Re: [ANNOUNCE] nf-hipac v0.8 released

Date: Wed Jul 02 2003 - 09:23:30 EST

Michael Bellion and Thomas Heinz wrote:
> Hi Pádraig
>>>Since real world network traffic always consists of a lot of different
>>>sized packets taking maximum sized packets is very euphemistic. 1450 byte
>>>packets at 950 Mbit/s correspond to approx. 80,000 packets/sec.
>>>We are really interested in how our algorithm performs at higher packet
>>>rates. Our performance tests are based on 100 Mbit hardware so we coudn't
>>>test with more than approx. 80,000 packets/sec even with minimum sized
>>Interrupt latency is the problem here. You'll require napi et. al
>>to get over this hump.
> Yes we know, but with 128 byte frame size you can archieve a packet rate of at
> most 97,656 packets/sec (in theory) on 100 Mbit hardware. We don't think this
> few more packets would have changed the results fundamentally, so it's
> probably not worth it on 100 Mbit.

I was testing with 64 byte packets (so around 190Kpps). e100 cards at
least have a handy mode for continually sending a packet as fast as
possible. Also you can use more than one interface. So 100Mb
is very useful for testing. For the test below I was using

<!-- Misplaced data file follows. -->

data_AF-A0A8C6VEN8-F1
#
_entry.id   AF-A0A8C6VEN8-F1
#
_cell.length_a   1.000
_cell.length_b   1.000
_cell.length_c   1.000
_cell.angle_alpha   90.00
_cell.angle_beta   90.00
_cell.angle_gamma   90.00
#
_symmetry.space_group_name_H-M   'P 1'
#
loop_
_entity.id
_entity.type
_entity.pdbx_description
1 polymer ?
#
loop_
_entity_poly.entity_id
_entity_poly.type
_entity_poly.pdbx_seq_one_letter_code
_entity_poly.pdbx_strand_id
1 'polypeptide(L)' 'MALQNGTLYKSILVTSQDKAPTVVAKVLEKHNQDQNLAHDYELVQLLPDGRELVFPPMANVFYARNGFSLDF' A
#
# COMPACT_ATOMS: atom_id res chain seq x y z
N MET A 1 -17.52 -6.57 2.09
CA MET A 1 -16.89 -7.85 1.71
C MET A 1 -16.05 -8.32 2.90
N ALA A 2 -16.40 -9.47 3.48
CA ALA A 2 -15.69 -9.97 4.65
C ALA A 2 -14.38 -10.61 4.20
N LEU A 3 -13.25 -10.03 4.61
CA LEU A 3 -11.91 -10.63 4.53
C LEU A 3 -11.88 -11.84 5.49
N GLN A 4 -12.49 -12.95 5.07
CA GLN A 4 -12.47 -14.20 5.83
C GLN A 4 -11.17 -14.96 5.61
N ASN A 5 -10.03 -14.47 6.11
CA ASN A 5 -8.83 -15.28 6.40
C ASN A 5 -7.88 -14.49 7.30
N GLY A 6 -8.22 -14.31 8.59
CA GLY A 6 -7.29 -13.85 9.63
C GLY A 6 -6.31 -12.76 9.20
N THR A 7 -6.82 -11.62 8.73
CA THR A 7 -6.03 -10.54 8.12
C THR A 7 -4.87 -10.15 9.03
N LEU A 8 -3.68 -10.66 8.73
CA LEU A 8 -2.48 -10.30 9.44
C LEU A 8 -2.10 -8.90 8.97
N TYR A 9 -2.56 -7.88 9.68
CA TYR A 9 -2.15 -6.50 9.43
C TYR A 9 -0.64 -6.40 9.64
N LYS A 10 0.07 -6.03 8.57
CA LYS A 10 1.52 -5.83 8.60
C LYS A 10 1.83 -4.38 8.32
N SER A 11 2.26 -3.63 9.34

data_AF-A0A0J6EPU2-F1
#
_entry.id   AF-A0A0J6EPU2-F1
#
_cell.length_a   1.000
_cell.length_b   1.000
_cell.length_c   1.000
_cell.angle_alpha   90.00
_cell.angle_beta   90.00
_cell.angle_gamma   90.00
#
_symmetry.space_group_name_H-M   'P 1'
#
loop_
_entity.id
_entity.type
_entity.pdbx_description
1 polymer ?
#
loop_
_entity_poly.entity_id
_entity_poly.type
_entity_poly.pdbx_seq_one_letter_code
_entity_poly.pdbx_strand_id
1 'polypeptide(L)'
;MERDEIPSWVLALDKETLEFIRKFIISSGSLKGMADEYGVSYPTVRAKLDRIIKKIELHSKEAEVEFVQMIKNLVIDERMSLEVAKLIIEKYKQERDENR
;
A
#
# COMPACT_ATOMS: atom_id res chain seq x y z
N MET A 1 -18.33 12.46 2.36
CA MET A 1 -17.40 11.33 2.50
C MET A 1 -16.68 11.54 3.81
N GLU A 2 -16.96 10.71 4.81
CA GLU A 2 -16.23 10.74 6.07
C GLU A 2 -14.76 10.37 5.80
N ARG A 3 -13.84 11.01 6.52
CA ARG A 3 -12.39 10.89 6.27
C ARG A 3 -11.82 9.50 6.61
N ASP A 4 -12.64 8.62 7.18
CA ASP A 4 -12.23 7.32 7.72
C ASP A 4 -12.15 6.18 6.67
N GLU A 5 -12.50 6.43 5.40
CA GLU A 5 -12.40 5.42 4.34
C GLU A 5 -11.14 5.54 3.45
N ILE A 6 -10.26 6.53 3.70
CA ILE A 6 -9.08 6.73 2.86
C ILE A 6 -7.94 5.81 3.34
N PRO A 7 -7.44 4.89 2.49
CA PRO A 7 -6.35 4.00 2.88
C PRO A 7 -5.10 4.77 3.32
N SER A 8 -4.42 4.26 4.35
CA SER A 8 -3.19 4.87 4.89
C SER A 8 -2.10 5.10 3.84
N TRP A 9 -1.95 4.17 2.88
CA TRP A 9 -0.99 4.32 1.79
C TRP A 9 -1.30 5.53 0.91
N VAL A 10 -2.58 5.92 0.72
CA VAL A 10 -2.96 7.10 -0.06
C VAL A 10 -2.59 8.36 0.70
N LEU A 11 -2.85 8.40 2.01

a rate of around 85Kpps.

> Certainly you are right, that napi is required on gigabit to saturate the link
> with small sized packets.
>>Cool. The same sort of test with ordinary netfilter that
>>I did showed it could only handle around 125 rules at this
>>packet rate on a 1.4GHz PIII, e1000 @ 100Mb/s.
>># ./readprofile -m /boot/ | sort -nr | head -30
>> 6779 total 0.0047
>> 4441 default_idle 69.3906
>> 787 handle_IRQ_event 7.0268
>> 589 ip_packet_match 1.6733
>> 433 ipt_do_table 0.6294
>> 106 eth_type_trans 0.5521
>> [...]
> What do you want to show with this profile? Most of the time is spend in the
> idle loop and in irq handling and only a few percentage in ip_packet_match
> and ipt_do_table, so we don't quite get how this matches your statement
> above. Could you explain this in a few words?

Confused me too. The system would lock up and start dropping
packets after 125 rules. I.E. it would linearly degrade
as more rules were added. I'm guessing there is a fixed
interrupt overhead that is accounted for
by default_idle? Note the e1000 drivers were
left in the default config so there could definitely
be some tuning done here.

Note I changed netfilter slightly to accept promiscuous traffic
which is done in ip_rcv() and then the packets are just dropped
after the (match any in the test case) rules are traversed.


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This archive was generated by hypermail 2b29 : Mon Jul 07 2003 - 22:00:16 EST